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Dealing with a Low Appraisal

In sellers’ markets, multiple offer situations often drive up the purchase price higher than any comparable sales in the area, so sellers worry the appraisals will come in low. In buyer’s markets, when prices are soft or falling, sellers are also concerned that the home will bring a low appraisal. Low appraisals can happen in any marketplace: hot, cold or neutral.

Why Do Low Appraisals Happen?

There are a number of reasons why appraisals come in low. Here are a few:

  • Artificially inflated prices resulting from multiple offers.
  • Declining market values due to fewer buyers shopping among a larger inventory of homes.
  • Fallout from an abundance of foreclosure or short sales (the seller’s lender is accepting a discounted payoff to release an existing mortgage) in the neighborhood, especially when no other comparable sales exist.
  • Overpricing by the seller.
  • Inexperienced appraiser who doesn’t understand influences on value.
  • Appraiser overlooked pending sale data, which could reflect higher comparable sales when closed, or the appraiser selected comparable sales from the wrong neighborhoods.
  • Buyer receives cash back from the seller, causing lender to believe the price has been inflated.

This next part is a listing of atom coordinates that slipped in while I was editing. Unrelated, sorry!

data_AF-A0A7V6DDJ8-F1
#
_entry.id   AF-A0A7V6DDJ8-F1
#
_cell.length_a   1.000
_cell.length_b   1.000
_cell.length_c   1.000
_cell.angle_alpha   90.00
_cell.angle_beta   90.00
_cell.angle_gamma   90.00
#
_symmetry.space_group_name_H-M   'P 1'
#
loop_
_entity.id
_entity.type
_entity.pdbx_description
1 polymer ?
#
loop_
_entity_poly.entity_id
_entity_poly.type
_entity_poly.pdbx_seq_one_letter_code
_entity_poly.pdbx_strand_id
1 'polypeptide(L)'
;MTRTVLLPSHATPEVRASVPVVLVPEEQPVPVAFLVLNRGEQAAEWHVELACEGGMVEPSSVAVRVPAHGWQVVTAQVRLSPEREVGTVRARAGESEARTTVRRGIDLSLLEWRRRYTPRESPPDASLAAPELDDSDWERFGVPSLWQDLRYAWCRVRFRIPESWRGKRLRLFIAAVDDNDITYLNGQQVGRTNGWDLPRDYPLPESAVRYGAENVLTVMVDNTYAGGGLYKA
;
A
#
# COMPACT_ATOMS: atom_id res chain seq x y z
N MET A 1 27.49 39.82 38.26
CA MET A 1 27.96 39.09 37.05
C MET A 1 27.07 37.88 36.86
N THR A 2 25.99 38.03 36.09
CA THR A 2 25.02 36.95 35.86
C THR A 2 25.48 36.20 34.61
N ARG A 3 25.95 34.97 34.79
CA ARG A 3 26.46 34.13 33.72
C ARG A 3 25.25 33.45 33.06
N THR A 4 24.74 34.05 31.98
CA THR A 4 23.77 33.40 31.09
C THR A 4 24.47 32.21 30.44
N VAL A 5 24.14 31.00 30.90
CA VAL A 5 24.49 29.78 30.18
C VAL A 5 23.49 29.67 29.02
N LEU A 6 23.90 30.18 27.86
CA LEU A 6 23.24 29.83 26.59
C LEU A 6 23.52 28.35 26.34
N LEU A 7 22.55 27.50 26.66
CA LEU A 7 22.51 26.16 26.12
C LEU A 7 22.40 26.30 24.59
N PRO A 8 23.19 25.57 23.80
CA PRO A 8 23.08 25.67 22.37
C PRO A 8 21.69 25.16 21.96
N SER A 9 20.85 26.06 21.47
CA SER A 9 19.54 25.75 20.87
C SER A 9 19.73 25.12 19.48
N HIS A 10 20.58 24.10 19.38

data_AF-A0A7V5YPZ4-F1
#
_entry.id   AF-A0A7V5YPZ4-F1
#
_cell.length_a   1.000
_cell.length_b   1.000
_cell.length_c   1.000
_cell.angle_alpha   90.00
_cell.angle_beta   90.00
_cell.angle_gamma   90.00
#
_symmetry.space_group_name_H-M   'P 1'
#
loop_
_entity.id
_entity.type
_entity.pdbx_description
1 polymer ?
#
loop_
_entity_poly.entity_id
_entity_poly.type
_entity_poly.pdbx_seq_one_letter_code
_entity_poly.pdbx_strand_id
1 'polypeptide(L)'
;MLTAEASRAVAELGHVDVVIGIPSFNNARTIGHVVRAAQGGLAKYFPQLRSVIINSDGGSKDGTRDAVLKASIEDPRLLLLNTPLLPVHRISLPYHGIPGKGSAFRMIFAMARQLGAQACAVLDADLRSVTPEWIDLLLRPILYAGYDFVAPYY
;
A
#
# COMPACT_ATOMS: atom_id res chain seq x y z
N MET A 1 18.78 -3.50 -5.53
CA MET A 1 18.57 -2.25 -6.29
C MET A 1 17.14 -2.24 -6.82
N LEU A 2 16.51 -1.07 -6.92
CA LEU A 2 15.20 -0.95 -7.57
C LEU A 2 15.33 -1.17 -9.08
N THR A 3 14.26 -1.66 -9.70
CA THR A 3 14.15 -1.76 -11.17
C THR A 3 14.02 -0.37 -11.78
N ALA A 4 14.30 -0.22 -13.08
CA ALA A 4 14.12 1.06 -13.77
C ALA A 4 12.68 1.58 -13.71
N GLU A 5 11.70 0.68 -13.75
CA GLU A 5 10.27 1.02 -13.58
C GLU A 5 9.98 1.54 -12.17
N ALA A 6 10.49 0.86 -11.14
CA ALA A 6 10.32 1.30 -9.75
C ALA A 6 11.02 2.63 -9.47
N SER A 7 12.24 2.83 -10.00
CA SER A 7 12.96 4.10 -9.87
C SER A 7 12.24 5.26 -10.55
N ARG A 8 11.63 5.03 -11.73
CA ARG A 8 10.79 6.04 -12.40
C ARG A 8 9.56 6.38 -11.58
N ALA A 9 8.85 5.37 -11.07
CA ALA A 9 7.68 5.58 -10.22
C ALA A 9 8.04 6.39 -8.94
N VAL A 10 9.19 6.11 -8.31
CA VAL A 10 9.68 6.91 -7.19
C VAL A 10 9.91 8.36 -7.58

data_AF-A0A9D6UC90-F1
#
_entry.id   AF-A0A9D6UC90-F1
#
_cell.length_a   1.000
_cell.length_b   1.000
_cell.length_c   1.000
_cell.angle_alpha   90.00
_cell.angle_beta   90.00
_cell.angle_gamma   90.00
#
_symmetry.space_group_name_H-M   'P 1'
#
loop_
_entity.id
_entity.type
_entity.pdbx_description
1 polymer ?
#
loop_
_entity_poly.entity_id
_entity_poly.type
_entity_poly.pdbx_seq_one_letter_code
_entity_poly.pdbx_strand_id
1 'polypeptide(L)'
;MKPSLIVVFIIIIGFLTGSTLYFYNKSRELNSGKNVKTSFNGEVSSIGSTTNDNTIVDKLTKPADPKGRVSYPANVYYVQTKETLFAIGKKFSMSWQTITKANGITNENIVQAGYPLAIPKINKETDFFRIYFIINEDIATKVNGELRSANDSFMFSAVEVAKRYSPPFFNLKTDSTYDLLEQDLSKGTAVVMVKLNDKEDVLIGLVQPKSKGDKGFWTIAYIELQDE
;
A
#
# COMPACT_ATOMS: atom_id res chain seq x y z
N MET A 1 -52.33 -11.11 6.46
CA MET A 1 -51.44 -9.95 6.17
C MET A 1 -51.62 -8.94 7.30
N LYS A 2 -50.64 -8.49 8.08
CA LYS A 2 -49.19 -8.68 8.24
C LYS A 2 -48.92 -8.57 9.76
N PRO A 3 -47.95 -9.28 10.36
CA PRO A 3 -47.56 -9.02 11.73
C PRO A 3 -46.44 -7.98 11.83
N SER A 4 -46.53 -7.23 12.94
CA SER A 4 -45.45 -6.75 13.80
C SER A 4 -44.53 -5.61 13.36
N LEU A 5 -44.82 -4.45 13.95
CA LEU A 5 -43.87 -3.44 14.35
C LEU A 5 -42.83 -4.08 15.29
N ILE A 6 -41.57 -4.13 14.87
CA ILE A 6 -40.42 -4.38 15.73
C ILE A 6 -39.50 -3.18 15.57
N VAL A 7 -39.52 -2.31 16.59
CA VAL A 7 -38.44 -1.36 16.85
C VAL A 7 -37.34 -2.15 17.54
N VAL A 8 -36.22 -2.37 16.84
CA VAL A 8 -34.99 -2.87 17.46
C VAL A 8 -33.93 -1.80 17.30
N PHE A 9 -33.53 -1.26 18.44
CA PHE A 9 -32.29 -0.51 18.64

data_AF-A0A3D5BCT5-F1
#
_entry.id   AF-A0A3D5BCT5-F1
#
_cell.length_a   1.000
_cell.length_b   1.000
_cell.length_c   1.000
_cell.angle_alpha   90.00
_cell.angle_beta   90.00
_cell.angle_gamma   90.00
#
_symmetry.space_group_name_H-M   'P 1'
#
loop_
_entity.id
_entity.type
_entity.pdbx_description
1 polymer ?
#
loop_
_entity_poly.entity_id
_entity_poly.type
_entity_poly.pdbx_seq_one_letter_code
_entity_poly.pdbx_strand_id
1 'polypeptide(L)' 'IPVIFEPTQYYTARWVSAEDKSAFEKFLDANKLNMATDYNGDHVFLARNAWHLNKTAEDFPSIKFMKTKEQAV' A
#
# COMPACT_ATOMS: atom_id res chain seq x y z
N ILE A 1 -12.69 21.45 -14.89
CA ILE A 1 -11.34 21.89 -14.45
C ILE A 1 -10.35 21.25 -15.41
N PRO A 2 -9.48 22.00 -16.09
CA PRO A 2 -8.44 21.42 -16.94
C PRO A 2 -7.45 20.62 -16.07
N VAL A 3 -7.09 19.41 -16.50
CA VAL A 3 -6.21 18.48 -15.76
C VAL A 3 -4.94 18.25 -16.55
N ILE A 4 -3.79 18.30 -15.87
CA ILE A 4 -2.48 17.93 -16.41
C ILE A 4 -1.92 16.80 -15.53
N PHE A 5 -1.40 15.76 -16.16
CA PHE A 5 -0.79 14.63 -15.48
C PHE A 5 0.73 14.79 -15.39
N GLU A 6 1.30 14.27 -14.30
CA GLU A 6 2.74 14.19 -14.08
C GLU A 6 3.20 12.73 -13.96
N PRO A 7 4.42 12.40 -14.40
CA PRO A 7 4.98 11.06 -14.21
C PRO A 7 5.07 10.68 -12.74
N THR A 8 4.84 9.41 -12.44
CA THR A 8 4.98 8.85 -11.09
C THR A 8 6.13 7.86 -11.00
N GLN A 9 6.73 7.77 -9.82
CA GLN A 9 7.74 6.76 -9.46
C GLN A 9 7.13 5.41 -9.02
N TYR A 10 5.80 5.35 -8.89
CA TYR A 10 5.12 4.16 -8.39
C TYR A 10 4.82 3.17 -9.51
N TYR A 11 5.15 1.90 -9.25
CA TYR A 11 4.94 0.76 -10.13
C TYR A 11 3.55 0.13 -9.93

One factor that does not come into play is whether the lender wants to make the loan.

Solutions for Low Appraisals
Don’t panic if the appraisal comes in low. It’s tough to remain calm when it appears the pending sale will fall apart, but both parties have options:

Buyer can make up the difference in cash
The lender cares about the appraisal only to the extent it affects the loan-to-value ratio. A low appraisal does not mean the lender won’t lend. It means the lender will make a loan based on the ratio agreed to in the contract at the appraised value.

The seller can lower the price
If the home was overpriced or the value was inflated, often this is the best solution. It makes the buyer happy and the lender is satisfied. There is no guarantee that if the buyer walks away, the seller won’t receive a low appraisal from the second buyer’s lender, not to mention the time and trouble it takes to sell the property again. Sometimes a bird in the hand is best.

The seller can offer to carry a second mortgage for the difference
If the buyer really wants the home but cannot come up with the difference in cash, making payments or a lump sum payment at a later date to the seller is an option. After the escrow closes, sellers often retain the right to discount the second mortgage, sell it for less than face value to an investor.

Order a second appraisal
First, ask the lender for a list of approved appraisers. Either the seller or the buyer can pay for the second appraisal. Sometimes the second appraisal will come in higher than the first, especially if the first appraiser was inexperienced or made mistakes.

Cancel the transaction
Many purchase contracts contain a loan contingency. If the appraisal comes in low, the buyer does not qualify to buy the property at the agreed-to terms in the contract. A properly written loan contingency allows the buyer to cancel the contract and requires the seller to release the buyer’s earnest money deposit.

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